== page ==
Worst-performing muni funds over 3 years
Nearly every one of the muni industry’s worst-performing products since 2016 have at least one attribute in common: shedding interest rate risk.
The 20 muni funds with the lowest three-year returns all reported gains over the period, Morningstar Direct data show, but their average return was lower than the Bloomberg Barclays U.S. Aggregate Bond Index's 2.99% gain — as measured by the SPDR Portfolio Aggregate Bond ETF (SPAB) — over the same period.
“The municipal bond funds with the lowest three-year returns, which were still positive returns, were all short-term bond funds, to be expected,” says Greg McBride, senior financial analyst at Bankrate. "This is a particularly relevant consideration at today’s low interest rates where bond investors tempted to chase yield in longer maturities are taking on significant interest rate risk,” he adds.
Muni funds with the worst returns carry lower fees than both the average top-performing muni product as well as the average fund. With an average net expense ratio of 0.36%, these funds are less than half of the 0.81% investors paid for the average top-performing muni product and almost 10 basis points less than the 0.48% investors paid on average for fund investing last year, according to Morningstar’s most recent annual fee survey, which reviewed the asset-weighted average expense ratios of all U.S. open-end mutual funds and ETFs.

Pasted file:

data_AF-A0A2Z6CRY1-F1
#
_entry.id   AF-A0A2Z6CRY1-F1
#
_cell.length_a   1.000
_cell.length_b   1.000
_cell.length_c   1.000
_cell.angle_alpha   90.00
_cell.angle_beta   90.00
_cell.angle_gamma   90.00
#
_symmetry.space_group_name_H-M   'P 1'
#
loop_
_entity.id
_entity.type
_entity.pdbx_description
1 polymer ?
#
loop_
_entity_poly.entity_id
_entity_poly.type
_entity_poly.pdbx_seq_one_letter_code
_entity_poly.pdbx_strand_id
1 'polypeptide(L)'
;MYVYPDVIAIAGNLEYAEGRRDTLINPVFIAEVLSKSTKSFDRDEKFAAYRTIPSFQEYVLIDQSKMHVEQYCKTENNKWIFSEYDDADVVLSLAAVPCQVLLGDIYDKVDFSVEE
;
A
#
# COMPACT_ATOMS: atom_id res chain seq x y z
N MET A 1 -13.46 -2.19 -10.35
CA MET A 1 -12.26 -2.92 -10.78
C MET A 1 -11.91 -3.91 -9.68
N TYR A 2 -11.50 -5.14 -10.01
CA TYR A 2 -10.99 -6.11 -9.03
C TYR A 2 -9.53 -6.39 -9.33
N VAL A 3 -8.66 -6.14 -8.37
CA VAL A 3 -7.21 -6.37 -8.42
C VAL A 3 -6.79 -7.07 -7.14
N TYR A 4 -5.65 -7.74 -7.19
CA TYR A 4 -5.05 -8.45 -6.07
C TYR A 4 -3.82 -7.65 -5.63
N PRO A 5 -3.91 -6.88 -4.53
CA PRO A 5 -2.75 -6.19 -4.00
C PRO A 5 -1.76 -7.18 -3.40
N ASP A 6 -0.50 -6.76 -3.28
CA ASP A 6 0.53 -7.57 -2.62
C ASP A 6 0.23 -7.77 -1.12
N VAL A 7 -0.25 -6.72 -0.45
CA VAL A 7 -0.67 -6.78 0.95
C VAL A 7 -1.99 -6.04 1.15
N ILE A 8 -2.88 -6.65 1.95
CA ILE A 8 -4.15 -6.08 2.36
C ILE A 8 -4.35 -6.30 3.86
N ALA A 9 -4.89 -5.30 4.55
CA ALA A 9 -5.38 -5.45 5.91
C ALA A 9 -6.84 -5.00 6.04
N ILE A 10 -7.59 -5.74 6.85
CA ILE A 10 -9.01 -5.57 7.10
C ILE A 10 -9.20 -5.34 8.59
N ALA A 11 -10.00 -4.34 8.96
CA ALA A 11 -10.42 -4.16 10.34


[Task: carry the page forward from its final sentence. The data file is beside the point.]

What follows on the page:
Beth Foos, senior analyst at Morningstar, says because of the lower risk, advisors should expect lower expense ratios. “When you’re comparing these funds to the whole universe it’s important to factor in their interest rate risk,” Foos says. “Here we see the lower expense ratios in funds that are primarily investing along that curve. These have low expense ratios because that’s how they were designed.”
For comparison, the industry’s largest muni fund, the $70.6 billion Vanguard Intermediate-Term Tax-Exempt Fund Admiral Shares (VWIUX), has an expense ratio of 0.09%, a three-year gain of 3.25% and 1-year gain of 8.97%, data show. The industry’s largest fund, the Vanguard Total Stock Market Fund (VTSAX), has $827.1 billion in AUM, a 0.04% expense ratio and 13.73% gain over the last three years.
For advisors looking for ways to justify the use of these muni products with their clients, Foos says they must remember the fund's investment objective. “It’s important when you’re talking about muni funds that you remember not every muni is trying to achieve the same thing,” Foos says, adding that “most of them focus on a particular part of the muni curve and have parameters around the amount of interest rate risk investors are willing to take.”
Scroll through to see the 20 worst-performing muni funds (with at least $100 million in assets under management) ranked by 10-year annualized returns through Oct. 9. Funds with investment minimums over $100,000 were excluded, as were leveraged and institutional funds. Assets and expense ratios for each, as well as one-year daily returns, are also listed. The data shows each fund's primary share class. All data from Morningstar Direct.